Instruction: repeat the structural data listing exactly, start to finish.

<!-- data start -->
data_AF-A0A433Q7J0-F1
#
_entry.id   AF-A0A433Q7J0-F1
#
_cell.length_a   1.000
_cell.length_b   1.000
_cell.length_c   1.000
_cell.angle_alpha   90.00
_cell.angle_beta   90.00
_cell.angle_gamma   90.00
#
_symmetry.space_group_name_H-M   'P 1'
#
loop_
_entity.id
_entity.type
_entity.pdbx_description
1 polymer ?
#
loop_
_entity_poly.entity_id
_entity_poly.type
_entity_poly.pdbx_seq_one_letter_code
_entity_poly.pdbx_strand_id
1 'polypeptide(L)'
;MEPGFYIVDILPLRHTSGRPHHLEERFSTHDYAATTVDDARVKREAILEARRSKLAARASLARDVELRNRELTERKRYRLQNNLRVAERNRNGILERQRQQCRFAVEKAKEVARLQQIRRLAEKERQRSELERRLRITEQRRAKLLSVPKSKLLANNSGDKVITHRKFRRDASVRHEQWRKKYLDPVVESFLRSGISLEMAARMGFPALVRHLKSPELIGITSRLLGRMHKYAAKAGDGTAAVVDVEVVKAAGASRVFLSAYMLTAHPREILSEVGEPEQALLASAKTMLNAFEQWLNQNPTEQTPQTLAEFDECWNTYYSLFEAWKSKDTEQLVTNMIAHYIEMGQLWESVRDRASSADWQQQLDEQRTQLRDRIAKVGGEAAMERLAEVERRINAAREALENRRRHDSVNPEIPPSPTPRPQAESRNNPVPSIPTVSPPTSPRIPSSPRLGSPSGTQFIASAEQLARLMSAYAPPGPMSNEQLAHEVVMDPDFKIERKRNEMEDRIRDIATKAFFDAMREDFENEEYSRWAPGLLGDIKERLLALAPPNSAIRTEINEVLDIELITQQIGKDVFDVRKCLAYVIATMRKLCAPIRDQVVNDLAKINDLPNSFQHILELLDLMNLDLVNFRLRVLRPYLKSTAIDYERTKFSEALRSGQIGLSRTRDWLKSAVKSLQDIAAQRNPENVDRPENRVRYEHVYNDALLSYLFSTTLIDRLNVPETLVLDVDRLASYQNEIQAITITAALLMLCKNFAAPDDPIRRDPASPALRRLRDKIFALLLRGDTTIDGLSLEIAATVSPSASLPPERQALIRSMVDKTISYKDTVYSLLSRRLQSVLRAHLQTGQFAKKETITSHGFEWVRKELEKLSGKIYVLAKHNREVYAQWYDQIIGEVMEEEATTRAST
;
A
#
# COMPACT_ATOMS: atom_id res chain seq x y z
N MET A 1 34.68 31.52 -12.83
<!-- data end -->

data_AF-A0A433Q7J0-F1
#
_entry.id   AF-A0A433Q7J0-F1
#
_cell.length_a   1.000
_cell.length_b   1.000
_cell.length_c   1.000
_cell.angle_alpha   90.00
_cell.angle_beta   90.00
_cell.angle_gamma   90.00
#
_symmetry.space_group_name_H-M   'P 1'
#
loop_
_entity.id
_entity.type
_entity.pdbx_description
1 polymer ?
#
loop_
_entity_poly.entity_id
_entity_poly.type
_entity_poly.pdbx_seq_one_letter_code
_entity_poly.pdbx_strand_id
1 'polypeptide(L)'
;MEPGFYIVDILPLRHTSGRPHHLEERFSTHDYAATTVDDARVKREAILEARRSKLAARASLARDVELRNRELTERKRYRLQNNLRVAERNRNGILERQRQQCRFAVEKAKEVARLQQIRRLAEKERQRSELERRLRITEQRRAKLLSVPKSKLLANNSGDKVITHRKFRRDASVRHEQWRKKYLDPVVESFLRSGISLEMAARMGFPALVRHLKSPELIGITSRLLGRMHKYAAKAGDGTAAVVDVEVVKAAGASRVFLSAYMLTAHPREILSEVGEPEQALLASAKTMLNAFEQWLNQNPTEQTPQTLAEFDECWNTYYSLFEAWKSKDTEQLVTNMIAHYIEMGQLWESVRDRASSADWQQQLDEQRTQLRDRIAKVGGEAAMERLAEVERRINAAREALENRRRHDSVNPEIPPSPTPRPQAESRNNPVPSIPTVSPPTSPRIPSSPRLGSPSGTQFIASAEQLARLMSAYAPPGPMSNEQLAHEVVMDPDFKIERKRNEMEDRIRDIATKAFFDAMREDFENEEYSRWAPGLLGDIKERLLALAPPNSAIRTEINEVLDIELITQQIGKDVFDVRKCLAYVIATMRKLCAPIRDQVVNDLAKINDLPNSFQHILELLDLMNLDLVNFRLRVLRPYLKSTAIDYERTKFSEALRSGQIGLSRTRDWLKSAVKSLQDIAAQRNPENVDRPENRVRYEHVYNDALLSYLFSTTLIDRLNVPETLVLDVDRLASYQNEIQAITITAALLMLCKNFAAPDDPIRRDPASPALRRLRDKIFALLLRGDTTIDGLSLEIAATVSPSASLPPERQALIRSMVDKTISYKDTVYSLLSRRLQSVLRAHLQTGQFAKKETITSHGFEWVRKELEKLSGKIYVLAKHNREVYAQWYDQIIGEVMEEEATTRAST
;
A
#
# COMPACT_ATOMS: atom_id res chain seq x y z
N MET A 1 34.68 31.52 -12.83